Modifiers are words, phrases or clauses that give more information about another word in the sentence. Modifiers most often are placed next to the word it modifies. Modifiers answer the questions where, why, when, who, how and what. Here are some examples. The modifiers are in red:
- There is a little boy at the bus stop (where).
- Because Jimmy was late (why), he missed the last bus.
- Jane went jogging after doing her chores (when).
- My neighbour, who is a policeman (who), is not a helpful person.
- The boy cried loudly (how) when he was hit by a sharp object.
- The aardvark, a tame animal (what), feeds on ants and other insects.
Notice that in all the examples above, the modifiers are placed next to the phrase it modifies.
(a) Dangling modifiers
Now, look at this sentence:
- While talking on the phone, the doorbell rang. (X)
The sentence appears to be correct, but it’s not. What is wrong with that sentence? Who is talking on the phone – you or the doorbell? The sentence above shows that the doorbell was talking on the phone. It doesn’t make sense! The phrase “while talking on the phone” appears to be dangling, and does not correctly modify the phrase “the doorbell rang”. This error is a dangling modifier.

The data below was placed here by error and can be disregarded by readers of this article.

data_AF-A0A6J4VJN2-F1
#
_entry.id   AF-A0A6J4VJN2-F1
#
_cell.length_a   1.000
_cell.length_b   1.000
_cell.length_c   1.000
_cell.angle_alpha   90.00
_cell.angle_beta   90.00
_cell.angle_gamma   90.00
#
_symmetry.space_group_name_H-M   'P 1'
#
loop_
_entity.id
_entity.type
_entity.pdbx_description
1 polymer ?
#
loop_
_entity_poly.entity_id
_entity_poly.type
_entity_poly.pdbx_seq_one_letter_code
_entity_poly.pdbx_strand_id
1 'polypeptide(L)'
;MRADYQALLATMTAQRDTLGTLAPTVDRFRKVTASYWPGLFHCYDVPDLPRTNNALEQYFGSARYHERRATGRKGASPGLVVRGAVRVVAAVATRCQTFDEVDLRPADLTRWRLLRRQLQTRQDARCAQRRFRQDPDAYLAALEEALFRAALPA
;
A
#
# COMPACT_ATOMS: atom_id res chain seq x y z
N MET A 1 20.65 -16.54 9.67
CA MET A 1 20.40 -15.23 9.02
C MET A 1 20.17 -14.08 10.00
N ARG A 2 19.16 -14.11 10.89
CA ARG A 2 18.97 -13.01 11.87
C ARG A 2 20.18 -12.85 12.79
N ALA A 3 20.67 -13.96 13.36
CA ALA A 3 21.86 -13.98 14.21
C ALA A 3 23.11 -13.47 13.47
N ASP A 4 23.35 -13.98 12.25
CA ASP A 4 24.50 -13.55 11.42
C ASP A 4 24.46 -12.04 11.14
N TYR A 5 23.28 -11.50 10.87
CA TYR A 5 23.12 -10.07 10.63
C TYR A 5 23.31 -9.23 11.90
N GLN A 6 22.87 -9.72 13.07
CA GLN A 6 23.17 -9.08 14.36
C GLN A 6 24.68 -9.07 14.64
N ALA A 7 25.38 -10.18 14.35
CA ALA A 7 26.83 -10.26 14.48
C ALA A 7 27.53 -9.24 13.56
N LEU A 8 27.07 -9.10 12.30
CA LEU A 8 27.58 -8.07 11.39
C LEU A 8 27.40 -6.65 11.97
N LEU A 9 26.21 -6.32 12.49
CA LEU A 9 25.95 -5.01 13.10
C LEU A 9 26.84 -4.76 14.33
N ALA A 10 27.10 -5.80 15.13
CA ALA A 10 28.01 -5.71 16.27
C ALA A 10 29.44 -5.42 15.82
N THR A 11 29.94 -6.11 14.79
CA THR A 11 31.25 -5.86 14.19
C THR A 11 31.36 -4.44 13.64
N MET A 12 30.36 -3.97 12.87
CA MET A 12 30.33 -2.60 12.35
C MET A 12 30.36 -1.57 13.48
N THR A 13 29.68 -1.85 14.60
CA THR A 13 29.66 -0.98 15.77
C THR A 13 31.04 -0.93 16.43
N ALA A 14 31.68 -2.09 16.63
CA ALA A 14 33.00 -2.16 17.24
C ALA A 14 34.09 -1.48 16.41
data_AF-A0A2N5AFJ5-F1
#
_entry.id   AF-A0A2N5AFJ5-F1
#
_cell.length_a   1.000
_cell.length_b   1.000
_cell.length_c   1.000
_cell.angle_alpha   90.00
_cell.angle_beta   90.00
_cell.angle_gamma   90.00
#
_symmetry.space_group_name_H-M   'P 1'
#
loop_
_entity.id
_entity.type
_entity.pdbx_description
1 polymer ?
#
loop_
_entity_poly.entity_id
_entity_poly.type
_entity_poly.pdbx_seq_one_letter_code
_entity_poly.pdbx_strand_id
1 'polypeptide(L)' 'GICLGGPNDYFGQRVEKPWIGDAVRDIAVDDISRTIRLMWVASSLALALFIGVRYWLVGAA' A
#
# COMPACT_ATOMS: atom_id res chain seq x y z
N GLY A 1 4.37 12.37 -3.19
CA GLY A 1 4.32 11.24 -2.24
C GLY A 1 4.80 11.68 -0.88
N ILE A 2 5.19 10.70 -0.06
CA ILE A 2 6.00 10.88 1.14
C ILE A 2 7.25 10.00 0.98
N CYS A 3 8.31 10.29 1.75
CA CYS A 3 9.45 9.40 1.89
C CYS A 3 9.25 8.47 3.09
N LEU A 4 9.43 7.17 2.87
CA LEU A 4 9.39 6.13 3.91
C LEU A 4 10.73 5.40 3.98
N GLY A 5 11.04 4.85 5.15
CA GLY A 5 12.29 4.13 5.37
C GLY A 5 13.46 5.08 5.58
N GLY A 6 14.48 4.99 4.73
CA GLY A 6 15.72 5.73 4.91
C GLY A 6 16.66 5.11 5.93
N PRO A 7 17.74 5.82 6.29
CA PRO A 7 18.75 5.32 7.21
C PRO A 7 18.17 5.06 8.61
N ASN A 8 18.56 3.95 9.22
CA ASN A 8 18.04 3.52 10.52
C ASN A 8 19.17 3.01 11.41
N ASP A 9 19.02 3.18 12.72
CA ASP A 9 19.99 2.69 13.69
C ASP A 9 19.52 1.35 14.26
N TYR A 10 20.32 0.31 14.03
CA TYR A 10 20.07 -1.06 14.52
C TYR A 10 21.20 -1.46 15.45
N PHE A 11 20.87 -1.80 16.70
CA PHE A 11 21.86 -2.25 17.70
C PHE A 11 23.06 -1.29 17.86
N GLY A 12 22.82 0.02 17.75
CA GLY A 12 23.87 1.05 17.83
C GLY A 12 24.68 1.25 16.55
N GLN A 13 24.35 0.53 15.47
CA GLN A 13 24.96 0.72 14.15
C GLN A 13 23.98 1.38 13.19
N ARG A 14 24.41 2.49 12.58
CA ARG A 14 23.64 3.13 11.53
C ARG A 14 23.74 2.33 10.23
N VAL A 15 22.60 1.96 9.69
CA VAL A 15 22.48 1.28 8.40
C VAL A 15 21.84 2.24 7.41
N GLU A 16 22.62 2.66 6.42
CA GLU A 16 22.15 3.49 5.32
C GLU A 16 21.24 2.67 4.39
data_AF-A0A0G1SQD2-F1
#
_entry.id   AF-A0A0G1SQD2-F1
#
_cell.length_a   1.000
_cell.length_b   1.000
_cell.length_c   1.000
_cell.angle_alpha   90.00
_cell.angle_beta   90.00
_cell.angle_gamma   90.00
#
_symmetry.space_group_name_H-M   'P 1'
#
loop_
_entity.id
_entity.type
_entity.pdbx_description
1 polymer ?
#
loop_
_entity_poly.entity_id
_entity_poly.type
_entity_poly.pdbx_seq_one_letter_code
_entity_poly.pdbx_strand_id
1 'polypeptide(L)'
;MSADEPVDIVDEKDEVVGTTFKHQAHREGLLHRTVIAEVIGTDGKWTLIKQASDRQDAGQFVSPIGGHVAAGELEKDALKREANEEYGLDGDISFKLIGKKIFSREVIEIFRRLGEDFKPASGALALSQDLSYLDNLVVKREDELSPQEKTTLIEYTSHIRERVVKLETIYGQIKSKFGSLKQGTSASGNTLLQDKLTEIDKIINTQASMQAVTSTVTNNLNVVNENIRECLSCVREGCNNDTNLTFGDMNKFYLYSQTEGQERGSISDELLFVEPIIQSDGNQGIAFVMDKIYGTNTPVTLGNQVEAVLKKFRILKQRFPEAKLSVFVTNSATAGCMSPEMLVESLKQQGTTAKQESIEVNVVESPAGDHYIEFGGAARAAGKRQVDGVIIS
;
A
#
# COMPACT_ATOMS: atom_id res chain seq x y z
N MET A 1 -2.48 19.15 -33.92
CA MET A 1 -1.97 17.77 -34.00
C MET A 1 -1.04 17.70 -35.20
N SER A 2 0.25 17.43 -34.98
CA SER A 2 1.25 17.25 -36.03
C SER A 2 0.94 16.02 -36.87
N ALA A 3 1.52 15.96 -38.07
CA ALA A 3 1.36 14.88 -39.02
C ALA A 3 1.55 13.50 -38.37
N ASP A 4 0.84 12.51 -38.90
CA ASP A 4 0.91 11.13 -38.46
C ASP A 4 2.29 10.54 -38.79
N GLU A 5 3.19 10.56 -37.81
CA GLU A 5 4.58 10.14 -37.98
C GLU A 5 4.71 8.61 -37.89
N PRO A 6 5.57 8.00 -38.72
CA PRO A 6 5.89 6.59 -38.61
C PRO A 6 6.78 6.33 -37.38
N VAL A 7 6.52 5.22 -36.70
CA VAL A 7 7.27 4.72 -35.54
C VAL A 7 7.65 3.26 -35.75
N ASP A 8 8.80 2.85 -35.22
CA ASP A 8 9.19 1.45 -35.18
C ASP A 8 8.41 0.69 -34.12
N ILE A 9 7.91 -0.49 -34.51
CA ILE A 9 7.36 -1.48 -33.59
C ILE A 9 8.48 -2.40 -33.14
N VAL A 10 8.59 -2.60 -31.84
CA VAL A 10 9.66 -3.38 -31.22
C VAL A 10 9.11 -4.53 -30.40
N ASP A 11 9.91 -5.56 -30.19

Here is the correct sentence.
- While I was talking on the phone (who), the doorbell rang. (√)
So, in this sentence, who was talking on the phone? Me.
(b) Misplaced modifiers
Sometimes, modifiers are wrongly placed in a sentence. Therefore, the sentence does not convey the message correctly, or it could be humourous. Check out these sentences:
- We read that Janet was married in her last letter. (X)
In her last letter, we read that Janet was married. (√)
- I almost listened to the whole album. (X)
I listened to almost the whole album. (√)
In Example #1, it seems that Janet was married in her letter. This is ridiculous; it’s funny because you cannot marry in a letter. In Example #2, the sentence “I almost listened…” means that you wanted to listen but you did not in the end. If this is not what you are trying to say, then you have to correct it.
In both examples, the modifiers at at the wrong place, thus modifier errors like these are misplaced modifiers. To correct misplaced modifiers, just move the modifiers next to the words or phrases that they modify.